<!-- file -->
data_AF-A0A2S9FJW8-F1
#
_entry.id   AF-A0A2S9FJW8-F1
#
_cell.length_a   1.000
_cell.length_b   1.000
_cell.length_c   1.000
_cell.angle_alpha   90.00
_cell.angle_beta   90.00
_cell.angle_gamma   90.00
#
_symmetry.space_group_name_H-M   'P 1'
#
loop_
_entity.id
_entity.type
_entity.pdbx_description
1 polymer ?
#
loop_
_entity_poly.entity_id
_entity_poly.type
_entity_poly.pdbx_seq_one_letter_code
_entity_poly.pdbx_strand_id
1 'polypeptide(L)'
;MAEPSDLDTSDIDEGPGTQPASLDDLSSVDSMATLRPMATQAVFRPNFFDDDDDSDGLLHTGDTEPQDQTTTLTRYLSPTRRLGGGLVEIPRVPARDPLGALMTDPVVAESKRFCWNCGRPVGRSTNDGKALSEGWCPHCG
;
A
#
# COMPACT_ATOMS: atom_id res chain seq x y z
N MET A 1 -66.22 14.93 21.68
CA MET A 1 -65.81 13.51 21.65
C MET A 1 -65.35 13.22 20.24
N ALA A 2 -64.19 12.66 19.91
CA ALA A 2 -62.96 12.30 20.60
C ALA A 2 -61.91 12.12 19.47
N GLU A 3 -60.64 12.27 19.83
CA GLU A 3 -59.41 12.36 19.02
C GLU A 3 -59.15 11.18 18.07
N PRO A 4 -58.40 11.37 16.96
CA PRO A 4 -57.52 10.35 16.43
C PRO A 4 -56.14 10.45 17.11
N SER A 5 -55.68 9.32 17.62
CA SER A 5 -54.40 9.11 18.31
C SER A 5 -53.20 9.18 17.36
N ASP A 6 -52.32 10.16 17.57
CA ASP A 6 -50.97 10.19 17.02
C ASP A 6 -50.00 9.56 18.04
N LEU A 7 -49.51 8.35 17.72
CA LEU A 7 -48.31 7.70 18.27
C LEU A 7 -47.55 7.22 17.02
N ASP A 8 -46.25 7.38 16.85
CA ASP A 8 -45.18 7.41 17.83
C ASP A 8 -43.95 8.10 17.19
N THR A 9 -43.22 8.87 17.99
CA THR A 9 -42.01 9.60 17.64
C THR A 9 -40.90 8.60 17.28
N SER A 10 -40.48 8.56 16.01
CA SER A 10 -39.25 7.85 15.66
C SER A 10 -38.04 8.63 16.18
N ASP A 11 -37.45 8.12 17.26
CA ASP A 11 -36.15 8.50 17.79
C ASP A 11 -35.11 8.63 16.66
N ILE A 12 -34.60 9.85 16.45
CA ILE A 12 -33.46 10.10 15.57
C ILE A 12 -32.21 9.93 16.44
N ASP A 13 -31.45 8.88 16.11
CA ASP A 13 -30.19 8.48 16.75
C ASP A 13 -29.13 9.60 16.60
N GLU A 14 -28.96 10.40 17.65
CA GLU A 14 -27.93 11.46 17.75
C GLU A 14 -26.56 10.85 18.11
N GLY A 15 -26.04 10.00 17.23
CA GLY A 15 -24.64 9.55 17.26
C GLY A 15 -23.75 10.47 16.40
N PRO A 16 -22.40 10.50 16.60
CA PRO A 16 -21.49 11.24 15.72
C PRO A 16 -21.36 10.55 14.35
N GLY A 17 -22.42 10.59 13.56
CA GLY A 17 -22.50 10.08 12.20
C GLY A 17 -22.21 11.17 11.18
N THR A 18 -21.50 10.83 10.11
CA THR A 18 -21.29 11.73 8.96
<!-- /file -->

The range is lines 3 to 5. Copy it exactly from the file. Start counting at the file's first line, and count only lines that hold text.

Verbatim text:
_entry.id   AF-A0A2S9FJW8-F1
#
_cell.length_a   1.000